Over the past year, job losses from the COVID-19 pandemic have exacerbated housing insecurity among low-income renters. As of January 2021, nearly one in four of the nation’s 43 million renter households reported having missed at least one rent payment during the pandemic.
To prevent widespread displacement that could increase public health risks, federal, state, and local policymakers have used a variety of tools to help families stay in their homes. Direct financial support, such as unemployment insurance, and emergency rent relief funds allowed many renters to catch up on back rent. A nationwide eviction moratorium limited landlords from evicting tenants for nonpayment of rent (although the moratorium has been unevenly enforced).
But these measures are temporary, intended as stopgaps until the public health threat recedes and the economy recovers. This raises the question: What will happen to low-income renters when these policies end? Will there be a surge of people displaced from their homes? And where will they go?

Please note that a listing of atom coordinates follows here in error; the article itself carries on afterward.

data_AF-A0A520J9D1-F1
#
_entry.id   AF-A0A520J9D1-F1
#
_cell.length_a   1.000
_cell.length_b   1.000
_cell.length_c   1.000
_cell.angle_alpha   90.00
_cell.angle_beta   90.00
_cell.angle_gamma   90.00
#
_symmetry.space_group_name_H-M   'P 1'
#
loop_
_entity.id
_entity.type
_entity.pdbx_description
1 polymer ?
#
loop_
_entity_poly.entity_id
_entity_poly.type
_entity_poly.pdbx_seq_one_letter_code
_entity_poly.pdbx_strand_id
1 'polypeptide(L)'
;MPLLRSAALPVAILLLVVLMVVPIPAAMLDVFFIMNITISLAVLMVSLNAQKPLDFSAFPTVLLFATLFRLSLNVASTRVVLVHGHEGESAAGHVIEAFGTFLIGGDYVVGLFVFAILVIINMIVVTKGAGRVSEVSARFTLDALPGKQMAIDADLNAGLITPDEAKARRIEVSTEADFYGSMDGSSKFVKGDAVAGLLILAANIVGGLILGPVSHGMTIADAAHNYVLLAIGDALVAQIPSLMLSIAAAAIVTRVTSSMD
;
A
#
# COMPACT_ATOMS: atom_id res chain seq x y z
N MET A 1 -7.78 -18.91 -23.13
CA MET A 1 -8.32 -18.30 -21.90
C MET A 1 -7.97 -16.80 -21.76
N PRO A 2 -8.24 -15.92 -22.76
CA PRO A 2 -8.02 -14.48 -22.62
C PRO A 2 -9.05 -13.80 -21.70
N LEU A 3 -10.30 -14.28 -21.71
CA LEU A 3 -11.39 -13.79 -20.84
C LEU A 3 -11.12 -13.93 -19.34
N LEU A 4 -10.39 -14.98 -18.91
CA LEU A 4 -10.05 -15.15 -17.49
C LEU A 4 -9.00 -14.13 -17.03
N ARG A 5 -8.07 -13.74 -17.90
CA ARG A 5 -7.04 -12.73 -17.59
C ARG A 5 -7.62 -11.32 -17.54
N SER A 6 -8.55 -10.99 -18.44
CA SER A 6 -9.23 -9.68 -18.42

To gain some insight into how homelessness changes over macroeconomic cycles, we examine changes in homelessness rates from 2007 to 2020. Our analysis focuses on four metro areas that were particularly hard-hit by the 2007 foreclosure crisis: Las Vegas, Los Angeles, Phoenix, and Riverside, Calif. Using data collected by the Department of Housing and Urban Development’s (HUD) annual Point-in-Time (PIT) survey, we look at changes over time in homelessness rates, the share of family homelessness, and the percentage of unsheltered homeless persons. We find that homelessness rates declined over time in three of the four metros (Los Angeles saw an increase), but the share of unsheltered homelessness has been rising in recent years.
Read the full article about COVID-19 housing insecurity by Matt Ring and Jenny Schuetz at Brookings.
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